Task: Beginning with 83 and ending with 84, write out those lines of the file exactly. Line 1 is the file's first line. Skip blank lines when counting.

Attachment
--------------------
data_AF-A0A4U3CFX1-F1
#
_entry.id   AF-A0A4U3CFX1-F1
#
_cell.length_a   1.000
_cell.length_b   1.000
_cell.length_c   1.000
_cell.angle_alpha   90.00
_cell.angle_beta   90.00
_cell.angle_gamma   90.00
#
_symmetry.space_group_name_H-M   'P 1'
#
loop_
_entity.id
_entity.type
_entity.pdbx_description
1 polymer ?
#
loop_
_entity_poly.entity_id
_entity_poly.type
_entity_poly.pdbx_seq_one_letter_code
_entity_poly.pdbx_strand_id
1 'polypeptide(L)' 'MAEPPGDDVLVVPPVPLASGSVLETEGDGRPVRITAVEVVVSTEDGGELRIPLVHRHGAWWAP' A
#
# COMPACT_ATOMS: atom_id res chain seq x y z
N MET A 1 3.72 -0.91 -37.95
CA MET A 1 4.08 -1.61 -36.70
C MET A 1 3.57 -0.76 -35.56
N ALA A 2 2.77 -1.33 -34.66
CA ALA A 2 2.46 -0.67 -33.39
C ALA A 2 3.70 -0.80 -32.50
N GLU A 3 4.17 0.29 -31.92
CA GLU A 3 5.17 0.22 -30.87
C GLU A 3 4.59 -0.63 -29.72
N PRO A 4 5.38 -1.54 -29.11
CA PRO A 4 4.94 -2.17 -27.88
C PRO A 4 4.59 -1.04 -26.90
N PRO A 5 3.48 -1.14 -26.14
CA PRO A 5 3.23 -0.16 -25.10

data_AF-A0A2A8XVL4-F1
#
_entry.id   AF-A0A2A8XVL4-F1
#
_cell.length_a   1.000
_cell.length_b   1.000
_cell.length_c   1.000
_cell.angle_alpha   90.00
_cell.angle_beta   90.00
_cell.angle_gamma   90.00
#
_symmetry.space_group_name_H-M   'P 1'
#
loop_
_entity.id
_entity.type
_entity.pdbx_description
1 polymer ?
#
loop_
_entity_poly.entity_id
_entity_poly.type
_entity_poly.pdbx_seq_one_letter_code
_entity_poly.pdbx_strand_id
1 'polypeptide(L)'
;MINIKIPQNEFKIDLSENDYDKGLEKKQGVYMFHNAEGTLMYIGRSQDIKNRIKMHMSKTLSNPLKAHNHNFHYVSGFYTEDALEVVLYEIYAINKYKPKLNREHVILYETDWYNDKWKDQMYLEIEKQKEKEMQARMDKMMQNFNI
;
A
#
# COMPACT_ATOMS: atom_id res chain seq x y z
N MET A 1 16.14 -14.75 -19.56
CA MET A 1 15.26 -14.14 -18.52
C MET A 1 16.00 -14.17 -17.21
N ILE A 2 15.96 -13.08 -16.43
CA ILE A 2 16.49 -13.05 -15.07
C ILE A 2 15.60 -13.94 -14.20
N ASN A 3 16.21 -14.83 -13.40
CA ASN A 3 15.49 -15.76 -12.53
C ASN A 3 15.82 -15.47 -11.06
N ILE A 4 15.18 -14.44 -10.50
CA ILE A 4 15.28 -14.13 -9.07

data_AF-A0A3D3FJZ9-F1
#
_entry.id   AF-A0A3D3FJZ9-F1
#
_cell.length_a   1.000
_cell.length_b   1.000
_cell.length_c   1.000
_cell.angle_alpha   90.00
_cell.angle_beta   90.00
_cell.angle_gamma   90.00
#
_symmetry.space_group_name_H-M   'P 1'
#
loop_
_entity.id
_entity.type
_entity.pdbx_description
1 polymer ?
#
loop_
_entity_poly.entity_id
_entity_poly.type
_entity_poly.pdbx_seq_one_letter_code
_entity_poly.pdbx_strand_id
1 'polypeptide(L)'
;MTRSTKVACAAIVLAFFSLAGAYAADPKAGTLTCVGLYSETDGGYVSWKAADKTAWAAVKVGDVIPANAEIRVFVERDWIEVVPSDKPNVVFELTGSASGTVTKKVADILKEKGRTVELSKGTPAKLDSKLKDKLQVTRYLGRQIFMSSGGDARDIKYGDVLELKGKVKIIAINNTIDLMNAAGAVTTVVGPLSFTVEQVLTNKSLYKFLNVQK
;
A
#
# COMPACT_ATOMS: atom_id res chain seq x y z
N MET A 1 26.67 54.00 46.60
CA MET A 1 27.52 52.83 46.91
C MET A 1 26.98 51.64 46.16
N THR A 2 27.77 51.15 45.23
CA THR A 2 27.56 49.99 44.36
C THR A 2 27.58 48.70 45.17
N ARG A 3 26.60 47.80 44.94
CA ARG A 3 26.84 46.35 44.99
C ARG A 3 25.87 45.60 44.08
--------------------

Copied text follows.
data_AF-A0A3D3FJZ9-F1
#